Interested in starting your own entrepreneurial journey in personal care but unsure what to expect? Then read up on our interview with Christopher Templeton, Owner of Templeton Tonics, located in Lynnwood, WA, USA.

What's your business, and who are your customers?

Templeton Tonics offers a lineup of grooming products handcrafted in small batches with high-quality ingredients and unique fragrances. Each product is formulated with a focus on nourishing the hair and scalp without sacrificing the performance needed for everyday use. My customers are those who are wild at heart and have a thirst for adventure!

Tell us about yourself

After graduating high school, I worked at a sandwich shop while attending community college. My coworker introduced me to a community of homebrewed hair product enthusiasts, and I quickly became obsessed. In 2016, I’d amassed an absurdly large collection of pomades, clays, and other styling products. I began paying attention to which ingredients made my hair feel the best, and one day I decided to formulate a hair tonic with the finest oils I could find. It’s been over 6 years, and the most important thing that drives me each day is remembering not to forget my beginner’s spirit. The passion that first got me obsessed with what I do is like a flame that needs to be tended so it doesn’t go out. I look for ways to continue creating and improving since those parts are what I love most about running Templeton Tonics.

What's your biggest accomplishment as a business owner?

I was only 22 years old when I started Templeton Tonics. As the business gradually grew, it required more and more growth on my part as well. At times it was incredibly overwhelming and discouraging, but overcoming those difficulties and realizing my own personal growth has been incredibly fulfilling. In 2018 I made the scary decision to quit my office job and work on Templeton Tonics full-time. It gave me the desperation I needed to work through some serious consistency issues a few of my top-selling products were experiencing, but there were days when I wasn’t sure if I was capable of carrying on. It took a couple of hard years of work to finally fix my formulas, which meant sending a lot of refunds and replacements to my customers, but the sense of pride I have in all of my products now is priceless. I’m so grateful to my customers for supporting and believing in me throughout that process!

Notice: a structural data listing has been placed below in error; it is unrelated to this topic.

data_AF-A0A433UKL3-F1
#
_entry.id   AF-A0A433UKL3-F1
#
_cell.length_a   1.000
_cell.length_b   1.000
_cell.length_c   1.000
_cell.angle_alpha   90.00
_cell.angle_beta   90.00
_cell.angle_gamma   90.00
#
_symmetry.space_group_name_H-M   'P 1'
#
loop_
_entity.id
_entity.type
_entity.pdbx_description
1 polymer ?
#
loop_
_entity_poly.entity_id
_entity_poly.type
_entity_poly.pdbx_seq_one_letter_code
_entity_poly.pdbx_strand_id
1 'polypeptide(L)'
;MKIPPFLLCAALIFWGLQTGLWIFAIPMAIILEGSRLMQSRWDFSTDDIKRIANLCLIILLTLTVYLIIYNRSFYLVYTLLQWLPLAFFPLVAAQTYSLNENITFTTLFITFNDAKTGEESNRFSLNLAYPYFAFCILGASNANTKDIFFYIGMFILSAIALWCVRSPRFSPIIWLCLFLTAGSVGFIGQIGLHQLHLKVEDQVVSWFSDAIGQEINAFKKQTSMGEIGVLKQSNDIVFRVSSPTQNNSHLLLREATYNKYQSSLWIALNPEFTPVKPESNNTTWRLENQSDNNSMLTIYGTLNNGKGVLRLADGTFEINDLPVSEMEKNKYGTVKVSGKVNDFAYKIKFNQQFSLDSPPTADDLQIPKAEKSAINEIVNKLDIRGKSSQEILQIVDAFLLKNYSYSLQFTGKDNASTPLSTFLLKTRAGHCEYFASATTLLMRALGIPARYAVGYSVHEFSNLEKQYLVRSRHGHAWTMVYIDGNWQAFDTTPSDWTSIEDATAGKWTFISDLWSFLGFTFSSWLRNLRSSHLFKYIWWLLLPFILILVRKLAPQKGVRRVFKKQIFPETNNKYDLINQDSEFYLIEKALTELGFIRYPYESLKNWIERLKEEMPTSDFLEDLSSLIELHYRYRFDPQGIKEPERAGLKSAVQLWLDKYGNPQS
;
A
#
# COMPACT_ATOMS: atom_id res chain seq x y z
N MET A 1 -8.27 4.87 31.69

What's one of the hardest things that comes with being a business owner?

As the sole operator of Templeton Tonics, I have to handle every aspect of my business. I look forward to the tasks that pull directly from my passions and skill set but often struggle for the motivation to do the other things. I love working with my hands and creating things that people will love, so most days it takes extra dedication to respond to emails and keep up with social media posts and messages. There isn’t anyone else to shoulder the responsibility, so if I don’t do it, it doesn’t get done. It really helps me to remember to take a breath and space out the tasks I don’t love with things that I do!

What are the top tips you'd give to anyone looking to start, run and grow a business today?

  1. This is crucial. Find a community of people who do whatever it is you want to do, and get involved. No one is an island, and people rarely go from amateur to professional at something without advice and help from many others. Because of this, many business owners and creators (myself included) are happy to give back to the community if you ask. I stand humbly on the shoulders of all the incredible pomade brewers who answered my questions when I was starting Templeton Tonics. We’re also busy, so be patient and give us some time to reply!
  2. Exercise the freedom that being a business owner gives you. A structured schedule is helpful for getting things done, but don’t forget that you’re the one who writes it. Give yourself the option to take long trips to give yourself a breather. I’m an avid hiker, and every summer I try to take at least a week off from the business to backpack a section of the Pacific Crest Trail. In 2020 I took a whole month off to thru-hike the Oregon section. When I returned to catch up on Templeton Tonics, I had a refreshed perspective on things and felt the new wind in my sails.
  3. Don’t let the perfect become the enemy of the good. You will not be able to give your 100% every day. Expecting that from yourself sets a false precedent and only leads to perfectionism followed by discouragement. All you need to do is show up and keep trying to get better. Do that consistently, and keep your head down. Years later, you’ll look up and realize how much you’ve grown, but even then, you’ll still have things to improve upon. That’s what keeps you going, so take a deep breath and enjoy the process.

Where can people find you and your business?


If you like what you've read here and have your own story as a solo or small business entrepreneur that you'd like to share, then please answer these interview questions. We'd love to feature your journey on these pages.

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